The present case is distinguishable from Snowbarger in that dependent children are parties claimant together with the dependent widow. Section 287.240 RSMo 1949, V.A.M.S. provides, inter alia, that a wife whose husband was legally liable for her support and a child or children under the age of 18 years 'shall be conclusively presumed to be totally dependent for support upon a deceased employee and any death benefit shall be payable to them, to the exclusion of other total dependents.' The section further provides: 'In case there is a wife * * * and a child or more than one child thus dependent, the death benefit shall be divided among them in such proportion as may be determined by the commission after considering their ages and other facts bearing on such dependency.' The original enactment did not provide for the initial division of the death benefit among the wife and children; the children's rights were secondary to those of the widow. See Sec. 21(d), Laws of Missouri 1925, p. 388; Laws of Missouri 1927, p. 503; and Newman v. Rice-Stix Dry Goods Co., 335 Mo. 572, 73 S.W.2d 264, 265, 94 A.L.R. 751. Other dependents are provided for in Sec. 287.240, but we have mentioned only the categories involved in this case.

A death benefit awarded to a dependent child of the deceased employee continues until all of the weekly installments have been paid and is not terminated when such child attains the age of 18. Murray v. Marshall-Hughes Co., 327 Mo. 88, 34 S.W.2d 34, 35. This follows according to the Murray case from the fact that the statute, Sec. 287.240, provides that the status of dependency, and hence the right to the benefit, is to be determined as of the date of injury and the award once made may not be discontinued for any reason not expressly mentioned in that section of the act.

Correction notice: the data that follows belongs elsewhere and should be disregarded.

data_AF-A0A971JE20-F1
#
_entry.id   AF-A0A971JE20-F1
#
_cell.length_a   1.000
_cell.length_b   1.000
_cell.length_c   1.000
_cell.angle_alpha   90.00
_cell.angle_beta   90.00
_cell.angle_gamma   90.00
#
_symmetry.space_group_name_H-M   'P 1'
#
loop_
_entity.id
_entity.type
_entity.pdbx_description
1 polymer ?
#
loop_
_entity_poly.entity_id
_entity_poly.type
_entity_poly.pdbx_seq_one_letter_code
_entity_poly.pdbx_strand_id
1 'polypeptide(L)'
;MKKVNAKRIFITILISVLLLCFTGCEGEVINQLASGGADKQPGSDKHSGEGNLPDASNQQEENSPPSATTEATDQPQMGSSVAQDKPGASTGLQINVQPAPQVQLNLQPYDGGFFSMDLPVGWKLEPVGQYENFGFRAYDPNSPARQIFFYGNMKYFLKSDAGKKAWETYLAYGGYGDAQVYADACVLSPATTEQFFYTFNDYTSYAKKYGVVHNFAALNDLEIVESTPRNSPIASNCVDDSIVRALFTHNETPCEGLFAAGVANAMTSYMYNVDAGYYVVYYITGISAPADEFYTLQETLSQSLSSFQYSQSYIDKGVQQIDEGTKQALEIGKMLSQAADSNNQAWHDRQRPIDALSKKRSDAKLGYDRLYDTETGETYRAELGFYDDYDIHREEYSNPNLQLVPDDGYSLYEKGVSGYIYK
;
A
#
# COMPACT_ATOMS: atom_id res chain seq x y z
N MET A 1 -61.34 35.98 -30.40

Also the death of a dependent child does not terminate the compensation award; in case of such death the dependent child's personal representative is entitled to the unpaid portion of the award. Pfefer v. Winer & Saroff Commission Co., 227 Mo.App. 280, 49 S.W.2d 293.

The death benefit awarded a dependent widow abates upon her death or remarriage only if there are no total dependents entitled to the unpaid remainder of such benefit. Sec. 287.240(4)(a). In this case there are dependent children to whom the award would go upon the widow's death or remarriage. Allen v. St. Louis-San Francisco R. Co., 338 Mo. 395, 90 S.W.2d 1050, 1055, 105 A.L.R. 1222; Culberson v. Daniel Hamm Drayage Company, Mo., 286 S.W.2d 813, 820.

The dependency of the children must be determined as of the time of the injury causing the parent's death. Sec. 287.240(4) and (4)(b); Reneau v. Bales Electric Co., Mo., 303 S.W.2d 75, 81; Pittman v. Scullin Steel Company, Mo., 289 S.W.2d 57, 63. Having been so established, the dependency cannot be re-examined and discontinued as of a later date by reason of the death or maturity of the beneficiary or other contingency, because there is no statutory authority for so doing. Murray v. Marshall-Hughes Co., supra; Pfefer v. Winer & Saroff Commission Co., supra.

Where injury causes the death of an employee, compensation rights are determined by Sec. 287.240 independently of any other part of the act except the sections referred to in Sec. 287.240. Wahlig v....